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Ant’s woes remind us brands must be ready for anything with a celeb sponsorship

Some celebrities – they seem untouchable, don’t they?

Look at David Beckham… outbursts, rumours and allegations have all been revealed in the press down the years and yet he always seems to come out smelling of roses and, crucially, on the right side of public favour and the backing of his sponsors.

And then there’s Ant and Dec. The nation’s favourite duo since Morecambe and Wise.

If you’d asked me a year ago if they were right to front a brand like Suzuki, I’d have had zero doubts.

However, all celebrity and public image is fragile – no matter the national treasure status of the star or how many awards they’ve won.

Ant McPartlin has had a hard time of it lately in his private life, but his latest misdemeanour – being involved in a car crash and arrested on suspicion of drink driving – couldn’t be worse for the Saturday Night Takeaway sponsor, Suzuki.

Suzuki has gone full out with its involvement with Ant and Dec, sponsoring the prime time show since 2016 and working with the duo on adverts to maximise the brand association. It’s a deal that will have come at a very high price (£20million is the public estimate), so you can just imagine the reaction when this latest story broke.

Suzuki has released a measured statement with a spokesperson telling The Sun: “Suzuki will remain in dialogue with ITV and advise media when appropriate regarding the last two episodes.”

That decision is that the show must go on – but with only half of the duo who Suzuki signed up to be the faces of the brand.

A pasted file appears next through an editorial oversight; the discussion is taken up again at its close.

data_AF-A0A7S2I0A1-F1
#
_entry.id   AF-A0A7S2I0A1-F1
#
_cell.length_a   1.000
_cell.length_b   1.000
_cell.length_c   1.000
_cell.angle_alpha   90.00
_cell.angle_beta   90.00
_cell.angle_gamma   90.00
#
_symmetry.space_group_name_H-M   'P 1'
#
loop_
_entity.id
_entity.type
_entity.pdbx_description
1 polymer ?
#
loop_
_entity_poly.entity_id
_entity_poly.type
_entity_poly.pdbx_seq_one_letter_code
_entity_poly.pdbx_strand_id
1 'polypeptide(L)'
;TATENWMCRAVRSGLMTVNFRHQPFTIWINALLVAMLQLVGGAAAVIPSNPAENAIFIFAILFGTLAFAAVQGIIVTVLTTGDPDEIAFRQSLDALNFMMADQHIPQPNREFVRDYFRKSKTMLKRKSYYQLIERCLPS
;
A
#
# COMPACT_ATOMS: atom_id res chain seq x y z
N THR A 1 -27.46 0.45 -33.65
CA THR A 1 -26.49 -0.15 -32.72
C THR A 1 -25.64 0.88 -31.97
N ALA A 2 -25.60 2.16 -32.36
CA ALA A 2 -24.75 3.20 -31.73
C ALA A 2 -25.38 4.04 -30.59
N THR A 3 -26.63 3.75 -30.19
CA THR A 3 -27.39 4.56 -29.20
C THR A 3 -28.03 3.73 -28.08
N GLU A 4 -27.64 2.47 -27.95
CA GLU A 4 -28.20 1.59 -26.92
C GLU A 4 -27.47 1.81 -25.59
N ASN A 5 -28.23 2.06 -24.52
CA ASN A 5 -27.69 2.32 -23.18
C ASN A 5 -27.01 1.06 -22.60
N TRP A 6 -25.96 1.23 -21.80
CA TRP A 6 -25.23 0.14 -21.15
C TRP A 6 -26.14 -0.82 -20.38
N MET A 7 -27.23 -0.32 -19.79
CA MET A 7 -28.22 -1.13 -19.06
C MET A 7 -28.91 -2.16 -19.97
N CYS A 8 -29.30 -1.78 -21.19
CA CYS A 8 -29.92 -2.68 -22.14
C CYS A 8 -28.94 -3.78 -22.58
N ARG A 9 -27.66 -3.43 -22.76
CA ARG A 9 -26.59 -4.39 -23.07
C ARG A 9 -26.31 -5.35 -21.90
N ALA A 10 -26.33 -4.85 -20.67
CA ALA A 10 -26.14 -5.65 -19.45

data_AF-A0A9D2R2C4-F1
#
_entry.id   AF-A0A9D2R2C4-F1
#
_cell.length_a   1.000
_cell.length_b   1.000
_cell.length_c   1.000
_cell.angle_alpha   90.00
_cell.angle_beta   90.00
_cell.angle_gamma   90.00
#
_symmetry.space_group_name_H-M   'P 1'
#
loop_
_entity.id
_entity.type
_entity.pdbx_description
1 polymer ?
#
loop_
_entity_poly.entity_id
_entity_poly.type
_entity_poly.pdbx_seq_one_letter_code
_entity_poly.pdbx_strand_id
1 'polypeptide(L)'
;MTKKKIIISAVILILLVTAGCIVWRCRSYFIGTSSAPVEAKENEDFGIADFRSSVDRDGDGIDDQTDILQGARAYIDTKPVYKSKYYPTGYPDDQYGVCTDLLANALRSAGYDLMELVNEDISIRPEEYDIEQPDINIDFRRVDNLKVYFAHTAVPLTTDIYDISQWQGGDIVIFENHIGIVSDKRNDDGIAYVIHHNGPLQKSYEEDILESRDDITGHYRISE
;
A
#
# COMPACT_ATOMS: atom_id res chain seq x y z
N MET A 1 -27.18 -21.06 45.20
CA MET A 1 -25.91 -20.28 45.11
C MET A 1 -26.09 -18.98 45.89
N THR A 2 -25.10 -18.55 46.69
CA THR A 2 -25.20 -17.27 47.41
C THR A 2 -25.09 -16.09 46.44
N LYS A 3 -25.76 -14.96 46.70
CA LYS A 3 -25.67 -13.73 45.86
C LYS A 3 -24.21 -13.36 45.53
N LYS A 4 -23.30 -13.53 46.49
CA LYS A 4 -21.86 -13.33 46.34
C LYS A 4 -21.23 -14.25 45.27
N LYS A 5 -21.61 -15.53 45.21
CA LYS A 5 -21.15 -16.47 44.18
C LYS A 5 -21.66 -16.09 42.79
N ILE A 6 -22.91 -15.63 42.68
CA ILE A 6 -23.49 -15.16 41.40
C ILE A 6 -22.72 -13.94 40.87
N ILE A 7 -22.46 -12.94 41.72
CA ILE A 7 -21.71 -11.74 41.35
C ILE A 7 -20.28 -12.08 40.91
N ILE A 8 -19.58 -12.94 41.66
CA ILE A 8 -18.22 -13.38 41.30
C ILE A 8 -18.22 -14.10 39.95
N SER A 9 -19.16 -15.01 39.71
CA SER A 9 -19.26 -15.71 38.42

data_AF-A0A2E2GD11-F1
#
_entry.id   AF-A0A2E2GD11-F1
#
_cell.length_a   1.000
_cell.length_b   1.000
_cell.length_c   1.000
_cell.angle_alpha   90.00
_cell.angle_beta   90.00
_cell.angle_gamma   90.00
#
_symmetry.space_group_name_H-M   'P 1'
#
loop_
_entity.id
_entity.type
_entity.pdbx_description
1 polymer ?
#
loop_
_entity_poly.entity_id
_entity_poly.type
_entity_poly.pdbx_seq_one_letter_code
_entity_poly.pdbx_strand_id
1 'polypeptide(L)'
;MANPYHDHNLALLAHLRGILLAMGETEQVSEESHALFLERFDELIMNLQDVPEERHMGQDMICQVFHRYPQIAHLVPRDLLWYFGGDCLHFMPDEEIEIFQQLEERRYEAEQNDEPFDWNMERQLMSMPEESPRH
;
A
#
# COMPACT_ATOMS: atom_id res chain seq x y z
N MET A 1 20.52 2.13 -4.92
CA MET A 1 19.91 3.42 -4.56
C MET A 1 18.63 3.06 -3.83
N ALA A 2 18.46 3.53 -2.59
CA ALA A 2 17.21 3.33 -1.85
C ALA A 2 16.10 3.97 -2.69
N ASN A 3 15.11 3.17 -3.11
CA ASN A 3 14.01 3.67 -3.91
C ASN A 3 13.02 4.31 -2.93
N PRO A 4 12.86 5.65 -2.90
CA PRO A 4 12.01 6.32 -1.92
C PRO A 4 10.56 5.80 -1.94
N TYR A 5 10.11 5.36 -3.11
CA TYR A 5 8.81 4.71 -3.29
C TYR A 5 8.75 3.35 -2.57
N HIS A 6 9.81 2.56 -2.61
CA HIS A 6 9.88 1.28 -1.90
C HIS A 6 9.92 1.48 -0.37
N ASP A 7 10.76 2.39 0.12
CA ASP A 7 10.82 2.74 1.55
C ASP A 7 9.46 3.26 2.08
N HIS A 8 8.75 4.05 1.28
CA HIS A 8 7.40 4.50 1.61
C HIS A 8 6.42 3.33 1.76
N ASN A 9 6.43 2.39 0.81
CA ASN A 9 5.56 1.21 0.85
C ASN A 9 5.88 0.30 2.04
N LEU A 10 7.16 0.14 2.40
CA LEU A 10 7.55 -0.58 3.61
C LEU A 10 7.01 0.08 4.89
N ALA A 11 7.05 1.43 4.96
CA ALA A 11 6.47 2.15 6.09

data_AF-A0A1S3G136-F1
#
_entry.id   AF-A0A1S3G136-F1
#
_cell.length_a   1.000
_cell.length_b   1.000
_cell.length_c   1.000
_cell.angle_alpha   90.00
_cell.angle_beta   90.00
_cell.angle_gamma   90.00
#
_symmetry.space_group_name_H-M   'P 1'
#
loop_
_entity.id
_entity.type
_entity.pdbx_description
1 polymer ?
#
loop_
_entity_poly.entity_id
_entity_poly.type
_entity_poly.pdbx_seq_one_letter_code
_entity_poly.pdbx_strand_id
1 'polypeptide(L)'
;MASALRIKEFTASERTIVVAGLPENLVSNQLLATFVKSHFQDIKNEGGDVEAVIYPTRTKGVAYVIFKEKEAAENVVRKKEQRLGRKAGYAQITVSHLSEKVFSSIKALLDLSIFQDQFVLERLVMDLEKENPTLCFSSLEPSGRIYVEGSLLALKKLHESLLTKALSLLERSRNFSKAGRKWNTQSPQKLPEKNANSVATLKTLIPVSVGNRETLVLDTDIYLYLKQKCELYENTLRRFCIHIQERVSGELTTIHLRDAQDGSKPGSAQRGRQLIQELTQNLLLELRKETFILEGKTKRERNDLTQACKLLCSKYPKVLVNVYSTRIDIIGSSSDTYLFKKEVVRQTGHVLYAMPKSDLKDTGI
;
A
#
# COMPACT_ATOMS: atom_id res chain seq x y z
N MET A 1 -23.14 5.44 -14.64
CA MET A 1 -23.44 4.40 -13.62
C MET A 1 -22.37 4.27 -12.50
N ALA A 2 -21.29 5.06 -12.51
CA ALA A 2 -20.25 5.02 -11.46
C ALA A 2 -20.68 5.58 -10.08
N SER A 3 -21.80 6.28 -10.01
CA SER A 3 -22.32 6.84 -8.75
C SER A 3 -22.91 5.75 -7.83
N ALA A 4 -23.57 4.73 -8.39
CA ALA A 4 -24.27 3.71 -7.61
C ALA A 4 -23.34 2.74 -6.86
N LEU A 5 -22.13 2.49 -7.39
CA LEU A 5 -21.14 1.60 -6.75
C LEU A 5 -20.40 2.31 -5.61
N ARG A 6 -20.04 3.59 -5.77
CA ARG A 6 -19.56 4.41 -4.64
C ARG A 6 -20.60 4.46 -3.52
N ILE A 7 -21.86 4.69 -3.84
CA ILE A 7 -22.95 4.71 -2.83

No sponsorship plan is foolproof, but brands need to be prepared for all eventualities in this fast-moving media landscape. That means getting a solid reactive issues plan ready, to have properly prepared and trained spokespeople and to have clear legal agreements in place.

The right celebrity endorsement brings so many benefits – a living, breathing, adored personality who will bring their fanbase along with them, attract media and add a whole new dimension to a brand narrative.

In this era of authenticity, credibility (people who have a real connection or love of your brand) will win every time over a #ad rent-a-celeb.

However, human beings make mistakes and every celebrity link-up comes with risks for that very reason.

Over the years, we’ve worked with brands that, for this very reason, will not allow any association with a ‘face’ and avoid the word ambassadors like the plague for the fear of allowing this human element to even risk the slightest tarnish to their brand.

Will this current controversy irreparably damage Suzuki reputation and cost Ant McPartlin his career? I very much doubt it. However, it will certainly make the car manufacturer think twice about running a similar campaign next time.

Hannah Lebon (hannah@democracypr.com)

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